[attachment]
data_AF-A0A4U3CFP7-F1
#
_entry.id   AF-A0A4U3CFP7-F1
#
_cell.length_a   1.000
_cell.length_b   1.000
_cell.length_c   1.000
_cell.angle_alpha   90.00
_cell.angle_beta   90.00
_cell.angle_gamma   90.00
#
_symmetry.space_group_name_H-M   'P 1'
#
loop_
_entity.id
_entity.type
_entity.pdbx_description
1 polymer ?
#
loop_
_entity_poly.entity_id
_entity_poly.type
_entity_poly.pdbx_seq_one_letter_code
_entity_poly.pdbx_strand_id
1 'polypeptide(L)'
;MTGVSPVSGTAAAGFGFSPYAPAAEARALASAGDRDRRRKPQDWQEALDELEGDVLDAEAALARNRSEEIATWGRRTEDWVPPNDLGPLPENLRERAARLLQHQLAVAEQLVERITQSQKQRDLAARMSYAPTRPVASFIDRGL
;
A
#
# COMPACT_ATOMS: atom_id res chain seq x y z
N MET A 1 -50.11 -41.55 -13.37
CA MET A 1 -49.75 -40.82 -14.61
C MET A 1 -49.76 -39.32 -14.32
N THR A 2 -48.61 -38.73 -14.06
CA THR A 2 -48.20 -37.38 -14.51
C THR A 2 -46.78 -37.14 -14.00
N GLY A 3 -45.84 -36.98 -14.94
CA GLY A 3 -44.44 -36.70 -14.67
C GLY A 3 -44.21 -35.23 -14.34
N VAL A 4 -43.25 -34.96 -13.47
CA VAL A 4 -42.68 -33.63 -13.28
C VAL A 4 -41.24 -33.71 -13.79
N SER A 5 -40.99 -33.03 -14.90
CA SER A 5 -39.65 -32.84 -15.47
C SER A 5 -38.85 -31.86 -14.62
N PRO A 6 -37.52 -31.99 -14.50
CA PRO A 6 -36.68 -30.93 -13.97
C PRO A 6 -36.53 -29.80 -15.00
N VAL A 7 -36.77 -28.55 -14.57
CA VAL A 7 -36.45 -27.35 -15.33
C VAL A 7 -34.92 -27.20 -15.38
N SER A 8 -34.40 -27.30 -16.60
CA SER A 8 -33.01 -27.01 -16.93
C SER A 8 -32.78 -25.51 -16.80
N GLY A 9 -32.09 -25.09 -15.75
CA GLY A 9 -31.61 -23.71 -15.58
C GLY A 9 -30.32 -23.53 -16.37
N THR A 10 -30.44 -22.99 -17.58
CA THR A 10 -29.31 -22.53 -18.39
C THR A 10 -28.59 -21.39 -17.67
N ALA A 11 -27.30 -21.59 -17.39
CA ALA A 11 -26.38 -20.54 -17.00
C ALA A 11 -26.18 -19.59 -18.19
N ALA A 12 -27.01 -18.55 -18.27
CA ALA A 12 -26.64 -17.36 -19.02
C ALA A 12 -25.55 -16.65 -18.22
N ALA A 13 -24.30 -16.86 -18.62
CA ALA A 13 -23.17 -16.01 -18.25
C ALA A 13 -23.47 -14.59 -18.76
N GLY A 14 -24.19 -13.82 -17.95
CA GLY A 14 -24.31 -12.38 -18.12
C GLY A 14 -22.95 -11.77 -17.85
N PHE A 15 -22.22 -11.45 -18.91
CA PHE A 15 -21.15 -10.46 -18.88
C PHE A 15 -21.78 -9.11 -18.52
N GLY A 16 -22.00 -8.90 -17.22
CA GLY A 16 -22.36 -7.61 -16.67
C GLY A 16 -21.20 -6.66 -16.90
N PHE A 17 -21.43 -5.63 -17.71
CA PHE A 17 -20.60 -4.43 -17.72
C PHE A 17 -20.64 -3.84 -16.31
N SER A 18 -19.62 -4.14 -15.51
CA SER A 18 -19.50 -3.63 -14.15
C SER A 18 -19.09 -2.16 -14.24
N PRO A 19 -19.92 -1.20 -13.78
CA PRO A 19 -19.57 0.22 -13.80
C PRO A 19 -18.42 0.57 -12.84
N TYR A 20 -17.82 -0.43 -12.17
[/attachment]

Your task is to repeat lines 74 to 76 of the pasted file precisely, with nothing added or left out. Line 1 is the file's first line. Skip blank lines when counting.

CA PHE A 15 -21.15 -10.46 -18.88
C PHE A 15 -21.78 -9.11 -18.52
N GLY A 16 -22.00 -8.90 -17.22